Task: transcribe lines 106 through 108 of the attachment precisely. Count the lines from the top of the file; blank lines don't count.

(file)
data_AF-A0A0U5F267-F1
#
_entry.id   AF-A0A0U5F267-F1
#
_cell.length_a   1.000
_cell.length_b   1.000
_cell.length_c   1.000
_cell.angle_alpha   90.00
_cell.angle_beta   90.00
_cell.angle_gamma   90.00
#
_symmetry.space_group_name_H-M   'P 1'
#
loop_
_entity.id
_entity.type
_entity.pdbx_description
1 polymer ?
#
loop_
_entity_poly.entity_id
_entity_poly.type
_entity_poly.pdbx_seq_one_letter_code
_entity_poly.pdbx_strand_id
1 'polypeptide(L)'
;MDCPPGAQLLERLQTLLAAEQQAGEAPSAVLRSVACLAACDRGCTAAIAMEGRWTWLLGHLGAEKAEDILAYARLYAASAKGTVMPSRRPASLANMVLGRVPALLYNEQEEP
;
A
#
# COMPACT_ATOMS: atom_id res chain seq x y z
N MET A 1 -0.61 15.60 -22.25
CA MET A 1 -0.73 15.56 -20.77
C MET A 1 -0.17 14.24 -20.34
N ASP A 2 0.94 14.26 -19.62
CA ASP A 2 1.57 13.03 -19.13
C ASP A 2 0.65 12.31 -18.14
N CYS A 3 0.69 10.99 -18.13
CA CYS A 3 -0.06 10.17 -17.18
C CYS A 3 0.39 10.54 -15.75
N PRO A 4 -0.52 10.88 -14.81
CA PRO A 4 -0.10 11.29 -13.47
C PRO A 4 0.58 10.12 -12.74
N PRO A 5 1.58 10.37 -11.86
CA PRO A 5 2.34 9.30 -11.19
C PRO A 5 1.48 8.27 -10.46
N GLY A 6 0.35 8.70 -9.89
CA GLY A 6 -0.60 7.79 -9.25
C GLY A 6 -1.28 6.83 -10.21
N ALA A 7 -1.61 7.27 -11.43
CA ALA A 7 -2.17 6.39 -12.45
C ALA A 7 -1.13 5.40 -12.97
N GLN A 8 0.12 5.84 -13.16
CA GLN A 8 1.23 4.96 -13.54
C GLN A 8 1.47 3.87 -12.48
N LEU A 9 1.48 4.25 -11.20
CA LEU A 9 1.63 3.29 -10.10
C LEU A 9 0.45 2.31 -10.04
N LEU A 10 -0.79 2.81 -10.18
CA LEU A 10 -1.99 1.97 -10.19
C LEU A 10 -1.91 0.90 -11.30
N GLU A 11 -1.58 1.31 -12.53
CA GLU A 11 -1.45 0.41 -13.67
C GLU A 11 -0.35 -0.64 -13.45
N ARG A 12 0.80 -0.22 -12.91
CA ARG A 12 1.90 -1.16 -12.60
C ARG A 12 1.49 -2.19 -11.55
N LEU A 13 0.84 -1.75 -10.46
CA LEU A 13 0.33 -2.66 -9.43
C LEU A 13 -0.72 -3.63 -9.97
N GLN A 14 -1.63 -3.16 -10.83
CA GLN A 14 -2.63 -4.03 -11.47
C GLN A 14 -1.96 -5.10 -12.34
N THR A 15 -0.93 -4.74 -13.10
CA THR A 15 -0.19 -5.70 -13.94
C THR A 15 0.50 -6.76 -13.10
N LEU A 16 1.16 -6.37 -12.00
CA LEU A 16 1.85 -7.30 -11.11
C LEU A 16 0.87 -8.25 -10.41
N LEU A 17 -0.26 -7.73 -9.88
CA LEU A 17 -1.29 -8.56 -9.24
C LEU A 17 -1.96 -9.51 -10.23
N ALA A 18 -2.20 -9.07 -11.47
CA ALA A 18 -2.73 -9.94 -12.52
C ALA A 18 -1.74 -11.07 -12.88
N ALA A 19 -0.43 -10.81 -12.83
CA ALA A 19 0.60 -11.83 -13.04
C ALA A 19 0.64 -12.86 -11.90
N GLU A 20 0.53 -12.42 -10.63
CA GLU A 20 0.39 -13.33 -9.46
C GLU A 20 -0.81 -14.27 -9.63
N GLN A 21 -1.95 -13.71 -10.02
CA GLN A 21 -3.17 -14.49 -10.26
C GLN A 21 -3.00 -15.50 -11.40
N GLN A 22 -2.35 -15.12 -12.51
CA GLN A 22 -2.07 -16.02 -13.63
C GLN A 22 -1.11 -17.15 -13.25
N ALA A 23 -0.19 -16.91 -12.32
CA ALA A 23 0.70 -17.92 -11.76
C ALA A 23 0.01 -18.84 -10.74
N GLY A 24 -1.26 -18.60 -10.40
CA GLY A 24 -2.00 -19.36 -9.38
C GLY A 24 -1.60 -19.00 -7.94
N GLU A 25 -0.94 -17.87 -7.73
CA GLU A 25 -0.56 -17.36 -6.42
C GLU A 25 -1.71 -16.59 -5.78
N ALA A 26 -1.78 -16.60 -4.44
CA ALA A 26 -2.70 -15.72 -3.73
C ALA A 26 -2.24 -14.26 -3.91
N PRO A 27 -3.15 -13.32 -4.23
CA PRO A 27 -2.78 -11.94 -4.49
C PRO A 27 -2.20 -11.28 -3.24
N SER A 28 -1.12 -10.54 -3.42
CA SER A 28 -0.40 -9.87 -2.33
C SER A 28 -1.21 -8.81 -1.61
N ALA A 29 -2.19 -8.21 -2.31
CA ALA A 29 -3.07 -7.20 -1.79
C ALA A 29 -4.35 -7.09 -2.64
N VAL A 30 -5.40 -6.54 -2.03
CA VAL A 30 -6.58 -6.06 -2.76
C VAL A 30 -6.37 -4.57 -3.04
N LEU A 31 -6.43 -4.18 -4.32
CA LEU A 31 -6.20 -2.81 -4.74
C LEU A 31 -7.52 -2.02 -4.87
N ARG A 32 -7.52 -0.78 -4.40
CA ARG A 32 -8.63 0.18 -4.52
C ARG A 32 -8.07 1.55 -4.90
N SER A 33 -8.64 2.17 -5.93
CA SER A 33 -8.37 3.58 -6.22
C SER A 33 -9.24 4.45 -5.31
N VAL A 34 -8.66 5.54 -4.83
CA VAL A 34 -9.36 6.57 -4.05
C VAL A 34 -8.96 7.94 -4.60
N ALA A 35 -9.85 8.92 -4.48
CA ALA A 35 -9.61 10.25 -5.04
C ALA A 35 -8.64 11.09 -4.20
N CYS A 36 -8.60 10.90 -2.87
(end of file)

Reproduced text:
N ALA A 26 -1.78 -16.60 -4.44
CA ALA A 26 -2.70 -15.72 -3.73
C ALA A 26 -2.24 -14.26 -3.91